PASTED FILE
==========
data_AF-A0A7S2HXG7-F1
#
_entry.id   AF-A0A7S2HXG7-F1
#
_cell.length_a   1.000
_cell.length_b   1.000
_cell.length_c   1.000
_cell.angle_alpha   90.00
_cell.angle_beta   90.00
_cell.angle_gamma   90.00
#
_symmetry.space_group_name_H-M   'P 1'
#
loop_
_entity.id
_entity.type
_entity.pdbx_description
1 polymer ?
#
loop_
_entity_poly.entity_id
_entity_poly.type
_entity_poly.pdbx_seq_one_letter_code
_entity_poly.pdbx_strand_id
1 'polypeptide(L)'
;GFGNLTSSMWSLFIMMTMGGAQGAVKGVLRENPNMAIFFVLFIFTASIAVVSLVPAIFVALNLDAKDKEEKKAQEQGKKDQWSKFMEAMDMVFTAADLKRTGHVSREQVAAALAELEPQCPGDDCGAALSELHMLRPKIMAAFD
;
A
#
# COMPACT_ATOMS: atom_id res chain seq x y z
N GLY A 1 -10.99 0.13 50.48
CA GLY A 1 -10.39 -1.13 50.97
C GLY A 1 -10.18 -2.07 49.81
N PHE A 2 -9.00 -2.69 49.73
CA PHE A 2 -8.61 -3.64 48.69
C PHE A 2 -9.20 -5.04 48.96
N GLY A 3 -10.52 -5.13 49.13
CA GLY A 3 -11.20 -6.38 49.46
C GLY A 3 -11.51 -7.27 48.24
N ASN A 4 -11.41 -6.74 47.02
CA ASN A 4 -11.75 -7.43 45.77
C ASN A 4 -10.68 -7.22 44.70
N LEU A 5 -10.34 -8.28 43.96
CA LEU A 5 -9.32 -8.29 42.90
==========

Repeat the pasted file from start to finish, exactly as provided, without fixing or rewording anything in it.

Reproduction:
data_AF-A0A7S2HXG7-F1
#
_entry.id   AF-A0A7S2HXG7-F1
#
_cell.length_a   1.000
_cell.length_b   1.000
_cell.length_c   1.000
_cell.angle_alpha   90.00
_cell.angle_beta   90.00
_cell.angle_gamma   90.00
#
_symmetry.space_group_name_H-M   'P 1'
#
loop_
_entity.id
_entity.type
_entity.pdbx_description
1 polymer ?
#
loop_
_entity_poly.entity_id
_entity_poly.type
_entity_poly.pdbx_seq_one_letter_code
_entity_poly.pdbx_strand_id
1 'polypeptide(L)'
;GFGNLTSSMWSLFIMMTMGGAQGAVKGVLRENPNMAIFFVLFIFTASIAVVSLVPAIFVALNLDAKDKEEKKAQEQGKKDQWSKFMEAMDMVFTAADLKRTGHVSREQVAAALAELEPQCPGDDCGAALSELHMLRPKIMAAFD
;
A
#
# COMPACT_ATOMS: atom_id res chain seq x y z
N GLY A 1 -10.99 0.13 50.48
CA GLY A 1 -10.39 -1.13 50.97
C GLY A 1 -10.18 -2.07 49.81
N PHE A 2 -9.00 -2.69 49.73
CA PHE A 2 -8.61 -3.64 48.69
C PHE A 2 -9.20 -5.04 48.96
N GLY A 3 -10.52 -5.13 49.13
CA GLY A 3 -11.20 -6.38 49.46
C GLY A 3 -11.51 -7.27 48.24
N ASN A 4 -11.41 -6.74 47.02
CA ASN A 4 -11.75 -7.43 45.77
C ASN A 4 -10.68 -7.22 44.70
N LEU A 5 -10.34 -8.28 43.96
CA LEU A 5 -9.32 -8.29 42.90